As they beat me with sticks and whips, the soldiers repeatedly shouted, "We will crush you! We will crush you!" Then they threatened to kill me and others who opposed Kabila.
-A political party activist detained and tortured in Kinshasa in March 2007 by President Kabila's Republican Guards
The 2006 presidential elections in the Democratic Republic of Congo, the first in over 40 years, raised hopes for stability and improved governance in this vast, war-torn nation. Yet in the two years following elections, there have been disturbing signs that Congo's democratic transition is not only fragile, but that the newly elected government is brutally restricting democratic space. The government of President Joseph Kabila has used violence and intimidation to eliminate its political opponents beginning in the immediate aftermath of the election's inconclusive July-August 2006 first round. In his first interview after his victory in the October runoff against former vice-president Jean-Pierre Bemba, Kabila said that he would be "severe" in governing Congo. He has matched his actions to those words.
This report focuses on some of the most violent episodes of political repression in Kinshasa and the western province of Bas Congo during the two years following the 2006 elections. The brutal and repressive tactics used by President Kabila and his advisors are emblematic of the resort to violence to stifle opponents. During our research, Human Rights Watch received reports of other incidents of repression, often smaller in scale and sometimes less violent, that are not included here. The violence in eastern Congo, where the Kabila government is in a military confrontation with an insurgency led by former general Laurent Nkunda, has been documented in other Human Rights Watch reports.
The government's lack of popularity in western Congo, and the fear of losing power through a military overthrow, have dominated policy discussions amongst Kabila and his advisors in their first two years of administration. According to many military and intelligence officials and others close to Kabila who were interviewed by Human Rights Watch, Kabila set the tone and direction of the repression. In giving orders, he spoke of "crushing" or "neutralizing" the "enemies of democracy," "terrorists," and "savages," implying it was acceptable to use unlawful force against them. Possibly due to a lack of capacity in the military and law enforcement services, Kabila's attempts to monopolize power were sometimes disorganized, though his intention to rid himself of perceived opponents was clear. As one disillusioned member of Kabila's inner circle remarked to Human Rights Watch, Kabila pursued an approach of "winner take all," leaving no room for other strong political opponents.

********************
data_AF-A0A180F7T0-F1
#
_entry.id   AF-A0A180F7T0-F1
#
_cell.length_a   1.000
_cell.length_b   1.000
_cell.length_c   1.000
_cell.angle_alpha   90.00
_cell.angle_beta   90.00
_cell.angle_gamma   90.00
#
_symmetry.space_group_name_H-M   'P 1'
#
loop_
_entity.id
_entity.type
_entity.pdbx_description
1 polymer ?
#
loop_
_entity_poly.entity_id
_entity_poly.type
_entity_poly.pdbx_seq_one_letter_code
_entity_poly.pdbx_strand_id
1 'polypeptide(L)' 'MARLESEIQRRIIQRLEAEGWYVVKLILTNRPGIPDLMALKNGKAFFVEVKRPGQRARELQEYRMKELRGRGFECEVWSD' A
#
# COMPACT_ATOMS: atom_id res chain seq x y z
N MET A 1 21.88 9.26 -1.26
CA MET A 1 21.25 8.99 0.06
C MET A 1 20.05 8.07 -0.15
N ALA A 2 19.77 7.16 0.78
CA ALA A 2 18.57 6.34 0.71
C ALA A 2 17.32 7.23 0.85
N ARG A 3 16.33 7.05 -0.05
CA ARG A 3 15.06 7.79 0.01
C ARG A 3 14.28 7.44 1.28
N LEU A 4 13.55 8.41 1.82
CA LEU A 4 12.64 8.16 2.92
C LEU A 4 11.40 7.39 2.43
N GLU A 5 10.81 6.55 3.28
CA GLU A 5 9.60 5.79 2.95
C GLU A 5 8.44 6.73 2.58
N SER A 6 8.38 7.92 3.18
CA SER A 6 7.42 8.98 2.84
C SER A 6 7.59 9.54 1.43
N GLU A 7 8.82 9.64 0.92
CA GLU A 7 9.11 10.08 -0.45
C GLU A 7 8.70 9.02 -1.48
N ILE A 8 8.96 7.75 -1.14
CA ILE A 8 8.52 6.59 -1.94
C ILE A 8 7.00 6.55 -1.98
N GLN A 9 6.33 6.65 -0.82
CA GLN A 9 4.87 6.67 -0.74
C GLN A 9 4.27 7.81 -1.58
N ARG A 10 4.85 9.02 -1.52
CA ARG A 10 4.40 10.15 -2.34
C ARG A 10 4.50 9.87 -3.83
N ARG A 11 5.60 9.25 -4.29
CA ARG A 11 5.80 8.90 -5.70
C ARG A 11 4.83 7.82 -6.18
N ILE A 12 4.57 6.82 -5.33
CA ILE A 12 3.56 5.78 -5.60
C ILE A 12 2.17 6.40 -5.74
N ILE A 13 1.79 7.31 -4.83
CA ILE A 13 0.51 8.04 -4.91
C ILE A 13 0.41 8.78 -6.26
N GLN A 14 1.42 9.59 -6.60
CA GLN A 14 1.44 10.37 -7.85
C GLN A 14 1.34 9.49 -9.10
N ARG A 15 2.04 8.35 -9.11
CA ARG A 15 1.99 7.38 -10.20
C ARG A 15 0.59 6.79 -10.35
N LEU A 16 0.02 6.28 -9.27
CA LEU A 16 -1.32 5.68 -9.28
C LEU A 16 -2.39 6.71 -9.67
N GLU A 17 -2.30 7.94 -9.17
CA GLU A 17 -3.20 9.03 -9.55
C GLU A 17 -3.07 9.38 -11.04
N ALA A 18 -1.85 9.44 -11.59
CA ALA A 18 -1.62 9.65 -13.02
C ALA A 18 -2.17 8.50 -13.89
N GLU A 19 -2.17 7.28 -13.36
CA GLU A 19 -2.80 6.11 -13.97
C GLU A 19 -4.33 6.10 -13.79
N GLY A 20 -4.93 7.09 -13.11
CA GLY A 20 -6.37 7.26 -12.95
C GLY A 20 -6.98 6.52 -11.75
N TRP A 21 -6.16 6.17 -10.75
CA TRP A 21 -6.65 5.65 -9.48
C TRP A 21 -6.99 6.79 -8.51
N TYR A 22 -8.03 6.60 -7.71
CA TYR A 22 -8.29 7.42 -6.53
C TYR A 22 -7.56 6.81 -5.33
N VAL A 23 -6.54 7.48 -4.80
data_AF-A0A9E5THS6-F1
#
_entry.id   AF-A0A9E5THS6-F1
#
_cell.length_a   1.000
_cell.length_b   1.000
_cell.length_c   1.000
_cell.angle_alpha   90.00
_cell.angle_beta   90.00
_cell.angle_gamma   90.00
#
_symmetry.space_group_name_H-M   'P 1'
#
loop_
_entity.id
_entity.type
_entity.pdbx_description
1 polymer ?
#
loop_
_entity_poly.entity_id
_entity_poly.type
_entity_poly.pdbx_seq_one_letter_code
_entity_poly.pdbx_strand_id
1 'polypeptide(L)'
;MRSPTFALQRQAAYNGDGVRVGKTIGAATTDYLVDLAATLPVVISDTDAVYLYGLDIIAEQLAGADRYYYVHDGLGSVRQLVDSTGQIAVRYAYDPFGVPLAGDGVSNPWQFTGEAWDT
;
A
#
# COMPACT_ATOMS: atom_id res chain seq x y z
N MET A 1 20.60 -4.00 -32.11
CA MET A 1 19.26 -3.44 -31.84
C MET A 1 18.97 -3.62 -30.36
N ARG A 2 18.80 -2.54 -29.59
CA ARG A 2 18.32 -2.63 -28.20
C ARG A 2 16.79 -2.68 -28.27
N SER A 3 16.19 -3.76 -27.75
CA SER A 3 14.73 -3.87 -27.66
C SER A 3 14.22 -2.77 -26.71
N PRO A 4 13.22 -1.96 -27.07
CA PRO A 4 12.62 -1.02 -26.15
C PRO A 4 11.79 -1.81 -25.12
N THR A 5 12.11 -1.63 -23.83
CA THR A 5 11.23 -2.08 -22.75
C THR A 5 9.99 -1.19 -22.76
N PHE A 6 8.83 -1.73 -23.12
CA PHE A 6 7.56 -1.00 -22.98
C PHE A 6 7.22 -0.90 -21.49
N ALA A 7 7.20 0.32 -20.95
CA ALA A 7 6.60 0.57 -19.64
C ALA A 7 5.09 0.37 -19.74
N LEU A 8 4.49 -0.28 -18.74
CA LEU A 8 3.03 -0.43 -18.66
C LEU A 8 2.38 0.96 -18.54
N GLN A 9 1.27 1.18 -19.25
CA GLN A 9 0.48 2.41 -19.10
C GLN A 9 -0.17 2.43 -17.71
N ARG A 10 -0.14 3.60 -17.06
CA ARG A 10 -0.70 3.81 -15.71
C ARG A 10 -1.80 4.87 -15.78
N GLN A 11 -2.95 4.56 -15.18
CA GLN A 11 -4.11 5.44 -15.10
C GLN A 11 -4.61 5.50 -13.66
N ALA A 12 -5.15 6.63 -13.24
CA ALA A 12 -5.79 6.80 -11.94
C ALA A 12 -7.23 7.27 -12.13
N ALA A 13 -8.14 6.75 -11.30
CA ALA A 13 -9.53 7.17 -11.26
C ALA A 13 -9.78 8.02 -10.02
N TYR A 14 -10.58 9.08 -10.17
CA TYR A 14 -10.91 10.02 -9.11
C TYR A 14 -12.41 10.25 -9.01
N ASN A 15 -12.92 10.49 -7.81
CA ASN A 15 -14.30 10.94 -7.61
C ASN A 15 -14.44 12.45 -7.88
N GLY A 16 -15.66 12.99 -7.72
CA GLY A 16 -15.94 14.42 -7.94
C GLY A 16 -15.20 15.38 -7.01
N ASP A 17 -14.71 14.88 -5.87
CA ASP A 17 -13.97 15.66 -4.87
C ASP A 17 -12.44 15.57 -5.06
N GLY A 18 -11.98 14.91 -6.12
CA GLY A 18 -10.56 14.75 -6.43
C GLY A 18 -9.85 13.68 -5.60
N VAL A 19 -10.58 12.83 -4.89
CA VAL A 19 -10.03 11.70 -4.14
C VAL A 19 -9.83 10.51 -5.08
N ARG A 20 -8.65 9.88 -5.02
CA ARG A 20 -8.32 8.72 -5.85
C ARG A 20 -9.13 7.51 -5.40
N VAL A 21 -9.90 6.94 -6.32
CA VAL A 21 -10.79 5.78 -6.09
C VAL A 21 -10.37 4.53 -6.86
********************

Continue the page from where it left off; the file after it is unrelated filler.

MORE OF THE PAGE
The worst of the repression took place in the capital, Kinshasa, and in the province of Bas Congo, areas where Kabila failed to win an electoral majority. In Kinshasa, Kabila launched what were in effect military operations (qualifying as internal armed conflict under international law) against his electoral rival Bemba in August 2006 and again in March 2007. Soldiers and Republican Guards interviewed by Human Rights Watch who participated in the military operations said that they had received and interpreted their orders in March 2007 as needing to "eliminate Bemba." The military operations against Bemba and his often ill-disciplined guards were brutal and sudden. The use of heavy weapons during the busy work day in central Kinshasa left hundreds of civilians dead through the indiscriminate use of force by both sides, and left many others injured.
In Bas Congo in February 2007 and March 2008, state agents acting under Kabila's authority used unnecessary or excessive force against Bundu Dia Kongo (BDK), a political-religious group based in Bas Congo that promoted greater provincial autonomy and gained significant electoral popularity. In August 2006, ahead of the runoff vote for president, the BDK allied themselves with Bemba. Since then the harsh conduct of government forces toward the BDK has increased. When BDK demonstrators protested, at times violently, against electoral corruption in early 2007, police and government soldiers shot or stabbed to death 104 BDK adherents and bystanders. In March 2008 police made a preemptive strike in anticipation of further protests, in what United Nations (UN) investigators said appeared to be a deliberate effort to wipe out the movement. Over 200 BDK supporters and others were killed and the BDK's meeting places were systematically destroyed.
The BDK and Bemba's bodyguards also perpetrated acts of violence in the context of clashes with police and army soldiers, and, in the case of the BDK, in trying to assert administrative control in parts of Bas Congo. While the government has a right and duty to respond to such violence, it must do so with restraint and respect for human rights. Congolese authorities seized on the violent acts of their opponents to try to justify their far more extensive violence.